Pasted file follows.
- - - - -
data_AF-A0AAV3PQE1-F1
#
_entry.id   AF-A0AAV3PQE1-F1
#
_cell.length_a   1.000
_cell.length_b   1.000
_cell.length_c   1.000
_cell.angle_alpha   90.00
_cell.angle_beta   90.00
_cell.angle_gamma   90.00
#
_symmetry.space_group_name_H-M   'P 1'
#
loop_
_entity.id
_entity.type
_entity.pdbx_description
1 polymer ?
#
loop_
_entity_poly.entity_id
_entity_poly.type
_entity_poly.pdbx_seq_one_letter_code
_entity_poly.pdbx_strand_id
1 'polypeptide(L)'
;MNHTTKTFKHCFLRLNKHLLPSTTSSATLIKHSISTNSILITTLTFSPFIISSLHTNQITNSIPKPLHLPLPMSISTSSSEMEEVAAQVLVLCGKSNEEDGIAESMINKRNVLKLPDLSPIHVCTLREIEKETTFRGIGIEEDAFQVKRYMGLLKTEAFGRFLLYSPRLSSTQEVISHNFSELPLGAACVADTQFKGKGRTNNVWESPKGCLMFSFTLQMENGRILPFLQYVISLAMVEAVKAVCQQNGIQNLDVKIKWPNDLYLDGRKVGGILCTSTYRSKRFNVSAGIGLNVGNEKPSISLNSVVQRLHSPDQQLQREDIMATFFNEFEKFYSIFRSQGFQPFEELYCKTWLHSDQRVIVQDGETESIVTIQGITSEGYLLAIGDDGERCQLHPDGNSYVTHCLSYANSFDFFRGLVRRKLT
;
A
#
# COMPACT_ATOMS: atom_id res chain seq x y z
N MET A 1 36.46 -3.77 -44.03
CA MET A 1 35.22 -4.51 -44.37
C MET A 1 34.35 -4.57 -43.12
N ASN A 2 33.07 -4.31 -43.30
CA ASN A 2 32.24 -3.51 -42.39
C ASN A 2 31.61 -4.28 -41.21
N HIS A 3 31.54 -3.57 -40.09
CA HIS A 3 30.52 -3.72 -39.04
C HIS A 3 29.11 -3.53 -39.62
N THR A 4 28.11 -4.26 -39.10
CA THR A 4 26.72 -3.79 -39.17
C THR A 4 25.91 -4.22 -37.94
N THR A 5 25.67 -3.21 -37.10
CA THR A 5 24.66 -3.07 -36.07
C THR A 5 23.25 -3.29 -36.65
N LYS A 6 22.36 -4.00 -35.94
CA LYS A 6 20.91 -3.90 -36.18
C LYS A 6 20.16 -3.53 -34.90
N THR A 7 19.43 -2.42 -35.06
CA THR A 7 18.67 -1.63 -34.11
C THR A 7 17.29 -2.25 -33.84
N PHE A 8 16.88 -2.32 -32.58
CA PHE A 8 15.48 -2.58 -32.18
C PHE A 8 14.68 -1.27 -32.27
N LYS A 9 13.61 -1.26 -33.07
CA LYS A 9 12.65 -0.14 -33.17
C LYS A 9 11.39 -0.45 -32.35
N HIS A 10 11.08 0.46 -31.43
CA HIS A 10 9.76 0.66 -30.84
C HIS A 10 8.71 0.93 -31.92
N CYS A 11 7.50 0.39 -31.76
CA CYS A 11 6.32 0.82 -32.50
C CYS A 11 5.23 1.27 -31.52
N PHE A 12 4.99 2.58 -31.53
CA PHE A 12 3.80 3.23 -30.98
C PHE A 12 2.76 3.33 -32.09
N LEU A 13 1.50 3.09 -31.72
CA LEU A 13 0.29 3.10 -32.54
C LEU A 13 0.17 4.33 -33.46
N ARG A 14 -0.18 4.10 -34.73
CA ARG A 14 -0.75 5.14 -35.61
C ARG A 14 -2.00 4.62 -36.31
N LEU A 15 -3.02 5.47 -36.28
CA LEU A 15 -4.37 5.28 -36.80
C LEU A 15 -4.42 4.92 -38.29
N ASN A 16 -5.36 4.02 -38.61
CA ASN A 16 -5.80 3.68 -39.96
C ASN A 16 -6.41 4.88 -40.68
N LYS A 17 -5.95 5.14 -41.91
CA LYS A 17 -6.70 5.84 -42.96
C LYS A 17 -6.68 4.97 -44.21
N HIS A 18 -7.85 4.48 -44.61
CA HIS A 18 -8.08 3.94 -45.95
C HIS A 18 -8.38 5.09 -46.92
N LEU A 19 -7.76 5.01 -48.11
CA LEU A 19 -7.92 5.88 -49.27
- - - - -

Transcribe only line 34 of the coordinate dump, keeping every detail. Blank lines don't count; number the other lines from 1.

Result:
N ASN A 2 33.07 -4.31 -43.30